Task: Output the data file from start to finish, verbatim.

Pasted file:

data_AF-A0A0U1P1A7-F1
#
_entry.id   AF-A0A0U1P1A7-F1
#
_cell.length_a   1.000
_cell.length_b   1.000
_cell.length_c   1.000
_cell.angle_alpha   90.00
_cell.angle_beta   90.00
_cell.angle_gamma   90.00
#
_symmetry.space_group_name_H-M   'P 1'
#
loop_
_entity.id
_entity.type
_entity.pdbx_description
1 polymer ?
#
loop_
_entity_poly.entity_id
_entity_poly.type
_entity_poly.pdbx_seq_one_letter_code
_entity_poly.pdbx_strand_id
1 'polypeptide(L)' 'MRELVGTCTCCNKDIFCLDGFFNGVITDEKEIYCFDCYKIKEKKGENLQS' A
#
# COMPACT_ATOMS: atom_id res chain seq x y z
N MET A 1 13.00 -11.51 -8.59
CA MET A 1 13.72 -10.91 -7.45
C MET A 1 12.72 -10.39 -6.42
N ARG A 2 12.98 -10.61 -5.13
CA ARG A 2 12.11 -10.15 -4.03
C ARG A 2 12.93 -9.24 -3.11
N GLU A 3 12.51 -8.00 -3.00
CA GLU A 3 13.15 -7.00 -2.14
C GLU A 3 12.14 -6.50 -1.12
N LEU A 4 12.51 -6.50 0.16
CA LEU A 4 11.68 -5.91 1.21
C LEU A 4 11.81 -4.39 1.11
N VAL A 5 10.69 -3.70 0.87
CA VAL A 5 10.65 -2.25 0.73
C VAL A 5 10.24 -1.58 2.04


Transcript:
data_AF-A0A0U1P1A7-F1
#
_entry.id   AF-A0A0U1P1A7-F1
#
_cell.length_a   1.000
_cell.length_b   1.000
_cell.length_c   1.000
_cell.angle_alpha   90.00
_cell.angle_beta   90.00
_cell.angle_gamma   90.00
#
_symmetry.space_group_name_H-M   'P 1'
#
loop_
_entity.id
_entity.type
_entity.pdbx_description
1 polymer ?
#
loop_
_entity_poly.entity_id
_entity_poly.type
_entity_poly.pdbx_seq_one_letter_code
_entity_poly.pdbx_strand_id
1 'polypeptide(L)' 'MRELVGTCTCCNKDIFCLDGFFNGVITDEKEIYCFDCYKIKEKKGENLQS' A
#
# COMPACT_ATOMS: atom_id res chain seq x y z
N MET A 1 13.00 -11.51 -8.59
CA MET A 1 13.72 -10.91 -7.45
C MET A 1 12.72 -10.39 -6.42
N ARG A 2 12.98 -10.61 -5.13
CA ARG A 2 12.11 -10.15 -4.03
C ARG A 2 12.93 -9.24 -3.11
N GLU A 3 12.51 -8.00 -3.00
CA GLU A 3 13.15 -7.00 -2.14
C GLU A 3 12.14 -6.50 -1.12
N LEU A 4 12.51 -6.50 0.16
CA LEU A 4 11.68 -5.91 1.21
C LEU A 4 11.81 -4.39 1.11
N VAL A 5 10.69 -3.70 0.87
CA VAL A 5 10.65 -2.25 0.73
C VAL A 5 10.24 -1.58 2.04